Major oil producers are tightening the tap
In a bid to prop up oil prices, Saudi Arabia and Russia are keeping their taps turned down. They’ve just extended their production cuts until December, which means they’ll be pumping out less oil than they could for the rest of the year. This supply cut could be set to impact the global economy at large.
The effects of higher oil prices
Investors had already been bracing for a bit of a squeeze in supply, especially with some key countries producing less oil and Saudi Arabia making extra cuts back in July. But this extended supply cut means the pinch might be even tighter than expected. As a result, Brent crude oil, a global price benchmark, has topped the $90 mark for the first time this year.
When oil prices rise, so does the cost of gasoline. And since gasoline is the main source of fuel for transportation and logistics, higher oil prices will translate to higher prices for goods and services overall. Falling energy prices have helped cool inflation for most of the year, but with this rebound in crude oil prices, there might be something of an oil slick up ahead.
As an investor, what does this mean for me?
If higher oil prices are set to add to inflation woes for global economies, this raises the prospect of further tightening (read: higher interest rates) from central banks. Borrowing costs would become even more expensive, putting a damper on economic growth.
But it’s not all doom and gloom, the global economy has shown resilience so far. And there’s solid evidence that other components of inflation are cooling down. Cash supply in the Eurozone dipping below negative growth levels, and the slowdown in the US jobs market are a few signs that inflation might be losing its grip on these major economies.
💡 Investors’ Corner: Big Tech’s pushing out smaller firms
Even if you wanted to, it’s difficult to ignore US tech stocks. The “Magnificent Seven” – Apple, Microsoft, Alphabet, Amazon, Nvidia, Tesla, and Meta – now hold more weight in the MSCI ACWI index than France, China, Japan, and the UK combined. This index tracks the global stock market, and is market capitalisation-weighted; we’ll break down what that means in our Jargon Buster below.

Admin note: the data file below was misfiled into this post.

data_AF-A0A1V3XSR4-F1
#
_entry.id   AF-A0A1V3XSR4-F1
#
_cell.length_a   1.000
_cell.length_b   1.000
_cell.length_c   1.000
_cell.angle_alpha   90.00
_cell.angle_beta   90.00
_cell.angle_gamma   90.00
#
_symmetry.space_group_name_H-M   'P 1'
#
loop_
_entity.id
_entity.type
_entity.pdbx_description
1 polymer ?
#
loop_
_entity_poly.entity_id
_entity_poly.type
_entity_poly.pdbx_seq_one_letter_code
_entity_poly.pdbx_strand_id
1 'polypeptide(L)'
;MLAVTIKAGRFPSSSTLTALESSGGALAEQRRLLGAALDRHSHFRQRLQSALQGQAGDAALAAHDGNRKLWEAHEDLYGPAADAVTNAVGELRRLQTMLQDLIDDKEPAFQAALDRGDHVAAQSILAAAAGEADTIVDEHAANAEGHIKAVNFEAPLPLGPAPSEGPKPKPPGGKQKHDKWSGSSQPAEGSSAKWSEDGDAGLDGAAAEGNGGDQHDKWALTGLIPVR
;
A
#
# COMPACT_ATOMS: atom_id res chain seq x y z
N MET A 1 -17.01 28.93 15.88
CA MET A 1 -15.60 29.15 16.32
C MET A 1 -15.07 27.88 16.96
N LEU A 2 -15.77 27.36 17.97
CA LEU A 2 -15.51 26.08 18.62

So if you have any exchange-traded funds (ETFs) that track the global market, you likely have a lot more of your eggs in the tech basket than you thought.
With big firms dominating indices, smaller companies are being pushed to the side. Today’s stock market is less diversified than it would be if smaller firms carried more sway, and your index may now be representing a less diverse portion of the corporate universe. With Big Tech only getting bigger, that won’t change anytime soon.
To counter this, you could take the effort to better understand the composition of the ETFs you’re investing in. If you’re not happy with the risk of a higher concentration, you could focus on other regions or specific sectors. Our Flexible portfolios were designed with this purpose in mind, allowing you to easily customise your portfolio’s exposures.
This article was written in collaboration with Finimize.
🎓 Jargon Buster: Market capitalisation-weighted index
A market capitalisation-weighted index is simply a way of creating a portfolio of companies based on their market value. Bigger companies are given more influence, or weighting.
So if a behemoth like Apple has a good day in the stock market, the whole index might move upwards, even if many smaller companies aren't doing as well. It's the difference between having a heavyweight wrestler and a lightweight boxer in a tug-of-war; the heavyweight is probably going to have more pull.
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